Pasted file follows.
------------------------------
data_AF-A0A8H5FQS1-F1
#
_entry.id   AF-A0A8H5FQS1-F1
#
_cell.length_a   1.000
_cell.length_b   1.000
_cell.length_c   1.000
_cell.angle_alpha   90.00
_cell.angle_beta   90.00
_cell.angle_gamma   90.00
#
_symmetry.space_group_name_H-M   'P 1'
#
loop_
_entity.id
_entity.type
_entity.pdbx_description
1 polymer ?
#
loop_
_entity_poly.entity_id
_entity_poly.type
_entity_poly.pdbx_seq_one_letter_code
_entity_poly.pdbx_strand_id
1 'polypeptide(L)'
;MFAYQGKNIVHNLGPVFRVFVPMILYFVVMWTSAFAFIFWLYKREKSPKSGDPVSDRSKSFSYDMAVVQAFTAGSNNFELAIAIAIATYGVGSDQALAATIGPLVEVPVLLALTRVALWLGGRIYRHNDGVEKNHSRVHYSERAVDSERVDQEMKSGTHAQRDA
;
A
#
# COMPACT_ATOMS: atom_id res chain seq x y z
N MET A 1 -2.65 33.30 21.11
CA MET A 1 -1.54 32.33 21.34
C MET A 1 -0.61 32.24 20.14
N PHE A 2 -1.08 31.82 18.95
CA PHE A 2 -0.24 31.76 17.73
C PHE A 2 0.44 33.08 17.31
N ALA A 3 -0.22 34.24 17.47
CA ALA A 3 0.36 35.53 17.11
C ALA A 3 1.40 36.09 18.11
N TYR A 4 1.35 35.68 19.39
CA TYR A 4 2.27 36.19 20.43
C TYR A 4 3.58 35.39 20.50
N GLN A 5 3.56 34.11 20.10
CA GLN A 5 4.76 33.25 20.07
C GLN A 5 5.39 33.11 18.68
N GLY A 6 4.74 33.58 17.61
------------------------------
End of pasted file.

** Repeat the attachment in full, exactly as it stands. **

data_AF-A0A8H5FQS1-F1
#
_entry.id   AF-A0A8H5FQS1-F1
#
_cell.length_a   1.000
_cell.length_b   1.000
_cell.length_c   1.000
_cell.angle_alpha   90.00
_cell.angle_beta   90.00
_cell.angle_gamma   90.00
#
_symmetry.space_group_name_H-M   'P 1'
#
loop_
_entity.id
_entity.type
_entity.pdbx_description
1 polymer ?
#
loop_
_entity_poly.entity_id
_entity_poly.type
_entity_poly.pdbx_seq_one_letter_code
_entity_poly.pdbx_strand_id
1 'polypeptide(L)'
;MFAYQGKNIVHNLGPVFRVFVPMILYFVVMWTSAFAFIFWLYKREKSPKSGDPVSDRSKSFSYDMAVVQAFTAGSNNFELAIAIAIATYGVGSDQALAATIGPLVEVPVLLALTRVALWLGGRIYRHNDGVEKNHSRVHYSERAVDSERVDQEMKSGTHAQRDA
;
A
#
# COMPACT_ATOMS: atom_id res chain seq x y z
N MET A 1 -2.65 33.30 21.11
CA MET A 1 -1.54 32.33 21.34
C MET A 1 -0.61 32.24 20.14
N PHE A 2 -1.08 31.82 18.95
CA PHE A 2 -0.24 31.76 17.73
C PHE A 2 0.44 33.08 17.31
N ALA A 3 -0.22 34.24 17.47
CA ALA A 3 0.36 35.53 17.11
C ALA A 3 1.40 36.09 18.11
N TYR A 4 1.35 35.68 19.39
CA TYR A 4 2.27 36.19 20.43
C TYR A 4 3.58 35.39 20.50
N GLN A 5 3.56 34.11 20.10
CA GLN A 5 4.76 33.25 20.07
C GLN A 5 5.39 33.11 18.68
N GLY A 6 4.74 33.58 17.61